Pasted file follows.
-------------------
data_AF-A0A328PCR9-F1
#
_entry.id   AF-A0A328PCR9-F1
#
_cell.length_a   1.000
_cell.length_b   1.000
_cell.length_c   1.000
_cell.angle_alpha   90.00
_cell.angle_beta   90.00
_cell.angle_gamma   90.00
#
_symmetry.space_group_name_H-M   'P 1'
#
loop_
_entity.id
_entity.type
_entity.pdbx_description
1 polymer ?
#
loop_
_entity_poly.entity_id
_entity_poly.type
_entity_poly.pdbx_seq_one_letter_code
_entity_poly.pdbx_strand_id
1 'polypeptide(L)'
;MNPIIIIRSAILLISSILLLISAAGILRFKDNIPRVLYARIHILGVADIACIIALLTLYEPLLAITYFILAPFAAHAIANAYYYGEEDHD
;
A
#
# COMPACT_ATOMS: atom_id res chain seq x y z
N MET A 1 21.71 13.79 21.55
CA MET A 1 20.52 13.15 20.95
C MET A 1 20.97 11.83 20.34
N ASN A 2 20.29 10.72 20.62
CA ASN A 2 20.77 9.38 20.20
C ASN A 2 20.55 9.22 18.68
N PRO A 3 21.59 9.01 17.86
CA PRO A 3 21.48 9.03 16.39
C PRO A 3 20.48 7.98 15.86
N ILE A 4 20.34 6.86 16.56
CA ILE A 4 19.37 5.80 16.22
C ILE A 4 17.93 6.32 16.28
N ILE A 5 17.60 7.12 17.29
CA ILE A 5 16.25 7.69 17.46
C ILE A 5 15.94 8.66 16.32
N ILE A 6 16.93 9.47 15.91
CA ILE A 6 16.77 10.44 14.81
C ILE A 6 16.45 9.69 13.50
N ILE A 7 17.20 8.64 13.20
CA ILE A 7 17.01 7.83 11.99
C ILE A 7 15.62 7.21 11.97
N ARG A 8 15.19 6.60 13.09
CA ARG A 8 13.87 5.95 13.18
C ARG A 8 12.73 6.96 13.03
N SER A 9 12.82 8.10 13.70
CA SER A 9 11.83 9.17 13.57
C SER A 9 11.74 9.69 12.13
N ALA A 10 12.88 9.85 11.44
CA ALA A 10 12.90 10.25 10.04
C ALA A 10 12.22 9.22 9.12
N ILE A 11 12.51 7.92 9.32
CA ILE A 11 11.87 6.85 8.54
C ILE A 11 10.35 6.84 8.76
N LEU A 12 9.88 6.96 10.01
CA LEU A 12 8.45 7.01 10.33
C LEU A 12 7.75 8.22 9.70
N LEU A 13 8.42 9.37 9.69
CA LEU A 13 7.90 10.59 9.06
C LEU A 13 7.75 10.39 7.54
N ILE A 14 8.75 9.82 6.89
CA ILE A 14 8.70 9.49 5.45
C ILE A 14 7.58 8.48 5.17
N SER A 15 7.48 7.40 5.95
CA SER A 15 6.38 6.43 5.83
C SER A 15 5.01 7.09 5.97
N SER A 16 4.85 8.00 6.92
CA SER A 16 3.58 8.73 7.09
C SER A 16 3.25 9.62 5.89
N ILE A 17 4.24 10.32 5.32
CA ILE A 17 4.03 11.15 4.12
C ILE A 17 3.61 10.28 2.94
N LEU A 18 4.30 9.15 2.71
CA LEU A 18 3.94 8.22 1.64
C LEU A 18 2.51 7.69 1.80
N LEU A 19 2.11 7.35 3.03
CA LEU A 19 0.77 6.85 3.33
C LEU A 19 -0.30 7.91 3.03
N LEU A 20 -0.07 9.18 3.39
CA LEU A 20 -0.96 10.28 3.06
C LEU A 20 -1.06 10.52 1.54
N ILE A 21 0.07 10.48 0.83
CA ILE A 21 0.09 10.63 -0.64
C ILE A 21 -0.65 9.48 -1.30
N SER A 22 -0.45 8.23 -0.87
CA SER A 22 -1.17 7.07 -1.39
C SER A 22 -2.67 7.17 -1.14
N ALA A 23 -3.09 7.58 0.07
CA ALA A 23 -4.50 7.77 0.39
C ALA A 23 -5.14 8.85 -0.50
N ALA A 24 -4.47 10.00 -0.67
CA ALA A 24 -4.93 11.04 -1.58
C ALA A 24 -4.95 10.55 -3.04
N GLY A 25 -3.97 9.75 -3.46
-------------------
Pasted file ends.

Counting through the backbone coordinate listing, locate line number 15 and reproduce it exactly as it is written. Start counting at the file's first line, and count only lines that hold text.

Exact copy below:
_entity.id